Hip-hop lost one of its favorite sons in the early morning of Jan. 18, 2015. I remember the day vividly. It was a dark, gloomy, and wet Sunday morning in Jersey City, and as I always do before I get out of bed, I scrolled through Twitter. To my surprise, and everyone else's for that matter, I kept coming across "R.I.P. Yams" tweets. I didn't want to believe it. I went to check on my roommate who knew Yams before the fame, before the drug addiction, before pretty much everything. He sat at the edge of his bed, devastated, with tears in his eyes. Eastside Stevie was really gone.

One year later and it still feels like that gray Sunday morning whenever I hear his voice or see someone retweet one of his hilarious tweets. Friends and fans were aware of his battles with drug addiction, but his passing still came as a surprise. His positive energy touched so many people; Steven Rodriguez was much more than the music, he was hip-hop incarnate, an open mind unrelenting in his vision and unselfish with his love. All of those things were on full display last night at Terminal 5 in New York City for the first annual Yams Day. The city he gave so much to showed up in droves for their patron saint.

Steven Rodriguez was hip-hop incarnate, an open mind unrelenting in his vision and unselfish with his love.

I've never seen a longer line at a venue in my life—that shit wrapped around two blocks. It was a never-ending sea of people from all walks of life: street cats, fashion types, rap nerds, etc. Yams' reach has always been astounding to me. Here was this Latino kid from Harlem who was into high fashion and Southern hip-hop just as much as he loved Supreme and Max B, and used Tumblr as a tool to turn his friends into rap stars.

Last night, those same rap star friends returned the favor. Yesterday marked the first official Yams Day, and the A$AP Mob plans on making this tribute concert a thing for years to come. Before ending the show, Rocky vowed to have next year's celebration at a bigger venue. The place was packed, and the smell of piff filled the air as we ascended to heaven with each jam. The stage was beautifully put together, complete with projections of A$AP videos, fan art of Yams, and a Coogi Martin couch smack in the middle of the stage for each act to get their cozy boy on. Bodega Bamz and the Tan Boys set shit off, and then came the young up and comer Madeintyo, who's been making waves lately with his You Are Forgiven tape.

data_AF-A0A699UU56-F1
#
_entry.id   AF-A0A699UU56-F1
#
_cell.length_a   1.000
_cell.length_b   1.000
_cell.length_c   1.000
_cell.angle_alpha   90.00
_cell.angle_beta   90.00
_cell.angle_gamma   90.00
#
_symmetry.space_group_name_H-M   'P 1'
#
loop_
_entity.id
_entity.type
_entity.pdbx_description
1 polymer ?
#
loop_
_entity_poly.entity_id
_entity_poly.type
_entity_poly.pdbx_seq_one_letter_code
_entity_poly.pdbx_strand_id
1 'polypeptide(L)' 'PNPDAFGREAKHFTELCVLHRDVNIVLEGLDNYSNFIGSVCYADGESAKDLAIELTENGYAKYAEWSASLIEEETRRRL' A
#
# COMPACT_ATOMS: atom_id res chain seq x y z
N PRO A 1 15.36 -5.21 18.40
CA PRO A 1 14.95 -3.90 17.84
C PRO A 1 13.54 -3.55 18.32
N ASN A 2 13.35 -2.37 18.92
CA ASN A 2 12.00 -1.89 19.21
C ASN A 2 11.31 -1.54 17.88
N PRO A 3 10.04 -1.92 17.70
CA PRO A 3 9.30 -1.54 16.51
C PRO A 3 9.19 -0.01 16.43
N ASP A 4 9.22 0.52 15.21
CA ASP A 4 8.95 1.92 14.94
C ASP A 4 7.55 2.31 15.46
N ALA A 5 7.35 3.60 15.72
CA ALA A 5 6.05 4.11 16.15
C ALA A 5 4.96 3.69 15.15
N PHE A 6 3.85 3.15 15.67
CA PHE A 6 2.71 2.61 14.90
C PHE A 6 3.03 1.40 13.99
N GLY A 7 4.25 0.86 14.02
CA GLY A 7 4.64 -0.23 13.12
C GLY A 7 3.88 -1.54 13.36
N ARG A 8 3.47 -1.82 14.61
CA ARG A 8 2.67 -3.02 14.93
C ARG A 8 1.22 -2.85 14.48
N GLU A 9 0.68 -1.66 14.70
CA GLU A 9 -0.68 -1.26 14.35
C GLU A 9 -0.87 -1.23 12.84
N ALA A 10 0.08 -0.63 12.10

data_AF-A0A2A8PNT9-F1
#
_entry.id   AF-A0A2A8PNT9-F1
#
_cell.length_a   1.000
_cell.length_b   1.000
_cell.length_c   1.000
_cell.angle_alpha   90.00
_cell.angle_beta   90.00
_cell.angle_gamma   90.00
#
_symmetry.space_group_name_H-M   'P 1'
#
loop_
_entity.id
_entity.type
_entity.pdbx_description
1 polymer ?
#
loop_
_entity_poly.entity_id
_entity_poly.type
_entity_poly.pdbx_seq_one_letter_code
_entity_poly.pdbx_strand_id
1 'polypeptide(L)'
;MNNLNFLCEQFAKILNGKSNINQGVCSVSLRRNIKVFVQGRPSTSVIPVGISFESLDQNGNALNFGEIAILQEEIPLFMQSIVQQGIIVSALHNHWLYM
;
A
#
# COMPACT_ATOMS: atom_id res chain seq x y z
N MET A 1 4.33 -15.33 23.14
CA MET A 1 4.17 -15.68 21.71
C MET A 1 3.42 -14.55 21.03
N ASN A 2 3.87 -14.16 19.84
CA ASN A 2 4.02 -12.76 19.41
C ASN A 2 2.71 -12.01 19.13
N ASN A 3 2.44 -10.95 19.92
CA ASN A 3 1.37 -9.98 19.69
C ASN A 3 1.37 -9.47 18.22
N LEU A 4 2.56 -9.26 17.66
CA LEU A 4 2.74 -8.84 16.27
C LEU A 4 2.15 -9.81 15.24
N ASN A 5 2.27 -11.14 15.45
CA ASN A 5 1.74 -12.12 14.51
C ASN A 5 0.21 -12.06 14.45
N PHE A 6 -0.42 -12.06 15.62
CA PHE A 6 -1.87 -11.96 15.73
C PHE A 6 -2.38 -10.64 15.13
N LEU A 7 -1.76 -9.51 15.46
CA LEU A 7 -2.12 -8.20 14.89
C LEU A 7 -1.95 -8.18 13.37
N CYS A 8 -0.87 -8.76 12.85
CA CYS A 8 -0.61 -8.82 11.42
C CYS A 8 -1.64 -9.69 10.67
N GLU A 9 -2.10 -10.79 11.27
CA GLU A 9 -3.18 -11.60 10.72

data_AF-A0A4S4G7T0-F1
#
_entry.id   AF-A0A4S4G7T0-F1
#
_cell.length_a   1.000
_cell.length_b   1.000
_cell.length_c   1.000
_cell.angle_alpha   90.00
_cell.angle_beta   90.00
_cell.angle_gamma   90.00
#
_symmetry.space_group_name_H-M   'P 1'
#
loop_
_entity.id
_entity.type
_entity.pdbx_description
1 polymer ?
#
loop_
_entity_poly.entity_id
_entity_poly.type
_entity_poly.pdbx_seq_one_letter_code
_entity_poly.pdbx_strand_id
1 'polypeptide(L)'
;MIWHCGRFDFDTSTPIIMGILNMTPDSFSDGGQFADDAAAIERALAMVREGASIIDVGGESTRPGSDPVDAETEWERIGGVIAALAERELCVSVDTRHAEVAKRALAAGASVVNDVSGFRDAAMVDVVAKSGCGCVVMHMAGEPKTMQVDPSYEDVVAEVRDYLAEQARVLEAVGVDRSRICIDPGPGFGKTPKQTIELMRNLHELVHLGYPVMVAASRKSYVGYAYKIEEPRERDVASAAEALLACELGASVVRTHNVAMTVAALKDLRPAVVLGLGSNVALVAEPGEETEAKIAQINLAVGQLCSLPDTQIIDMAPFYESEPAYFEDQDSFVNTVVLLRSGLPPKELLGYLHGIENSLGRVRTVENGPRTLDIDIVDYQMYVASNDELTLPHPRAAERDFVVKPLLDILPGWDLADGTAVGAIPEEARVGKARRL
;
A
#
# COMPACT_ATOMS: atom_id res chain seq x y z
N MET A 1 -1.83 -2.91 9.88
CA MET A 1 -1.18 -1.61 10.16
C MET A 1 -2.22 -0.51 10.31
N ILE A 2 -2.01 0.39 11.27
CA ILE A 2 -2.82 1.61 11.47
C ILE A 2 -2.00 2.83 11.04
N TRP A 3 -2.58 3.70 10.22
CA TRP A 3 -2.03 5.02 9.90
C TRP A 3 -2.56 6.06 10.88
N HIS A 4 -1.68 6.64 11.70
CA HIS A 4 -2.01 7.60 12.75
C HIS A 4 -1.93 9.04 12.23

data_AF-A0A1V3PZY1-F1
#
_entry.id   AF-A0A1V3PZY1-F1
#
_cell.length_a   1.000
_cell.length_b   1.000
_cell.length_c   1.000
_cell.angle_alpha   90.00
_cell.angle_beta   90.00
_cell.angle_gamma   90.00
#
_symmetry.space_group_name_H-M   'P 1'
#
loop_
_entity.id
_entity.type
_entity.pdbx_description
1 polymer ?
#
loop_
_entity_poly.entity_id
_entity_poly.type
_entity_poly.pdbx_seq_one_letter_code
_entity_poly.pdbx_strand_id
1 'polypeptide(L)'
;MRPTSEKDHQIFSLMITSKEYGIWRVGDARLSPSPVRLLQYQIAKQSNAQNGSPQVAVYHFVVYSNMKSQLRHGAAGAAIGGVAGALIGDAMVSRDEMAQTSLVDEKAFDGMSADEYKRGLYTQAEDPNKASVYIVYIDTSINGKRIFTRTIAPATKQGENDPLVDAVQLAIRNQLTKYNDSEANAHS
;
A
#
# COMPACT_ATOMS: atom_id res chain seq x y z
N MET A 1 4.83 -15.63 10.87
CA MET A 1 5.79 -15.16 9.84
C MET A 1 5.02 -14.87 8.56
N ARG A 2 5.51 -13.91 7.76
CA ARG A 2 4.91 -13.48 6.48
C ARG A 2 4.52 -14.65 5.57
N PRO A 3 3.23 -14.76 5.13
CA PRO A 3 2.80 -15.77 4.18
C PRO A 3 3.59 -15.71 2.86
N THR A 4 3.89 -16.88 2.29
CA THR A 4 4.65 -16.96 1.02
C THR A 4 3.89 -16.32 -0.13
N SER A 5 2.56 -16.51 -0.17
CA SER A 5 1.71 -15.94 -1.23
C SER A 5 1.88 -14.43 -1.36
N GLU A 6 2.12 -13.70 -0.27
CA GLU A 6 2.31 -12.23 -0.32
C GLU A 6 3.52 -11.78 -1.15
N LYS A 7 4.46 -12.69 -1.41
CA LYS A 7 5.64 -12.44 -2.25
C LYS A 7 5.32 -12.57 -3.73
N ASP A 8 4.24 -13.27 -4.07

Image via Twitter

A who's who of Yams' favorite young rappers soon followed. Young Gleesh donned a white robe, ninja mask, and adidas slides, and came through to throw some water and get his stop on. RetcH, Da$H, Joey Fatts, Lil Uzi, and Flatbush Zombies all gave inspiring sets, too.

The crowd went especially wild for Joey Bada$$ and Action Bronson, but that was until the Mob took the stage. A$AP Twelvy, in his Evisu jeans, got the building hype as the Mob ran off a slew of hits and old favorites. They brought out French Montana, another Uptown New Yorker with an "out of town" sound. The crowd lost their minds when he performed "Off the Rip" and acknowledged how hard A$AP worked before breaking in the music industry. Ferg showed up with his signature energy and tore the roof off when he performed "Work," "Shabba," and his new joint "New Level." 

Finally, Rocky got into his set with the brand new "Yamborghini High" and "Peso." It was a heavenly experience when those two tracks hit the speakers. Both songs are bookends to Rocky's musical relationship with Yams: "Peso" was the song and video that pushed Rocky and the Mob into the conversation and established them as New York's latest cultural movement. Yams had the foresight and cultivated a lane that allows the Mob to be influential in both fashion and music.

But all of those moments paled in comparison to the moment Yams' mother took the stage. With her heavy Spanish accent, she announced that along with the Mob, she plans to start the Always Strive and Prosper Foundation to help those battling with addiction.

Even in death, Steven Rodriguez proves to be much more than just music. Last night was a special moment that will be hard to top, but here's to each and every Yams Day being better than the next. Always strive and prosper.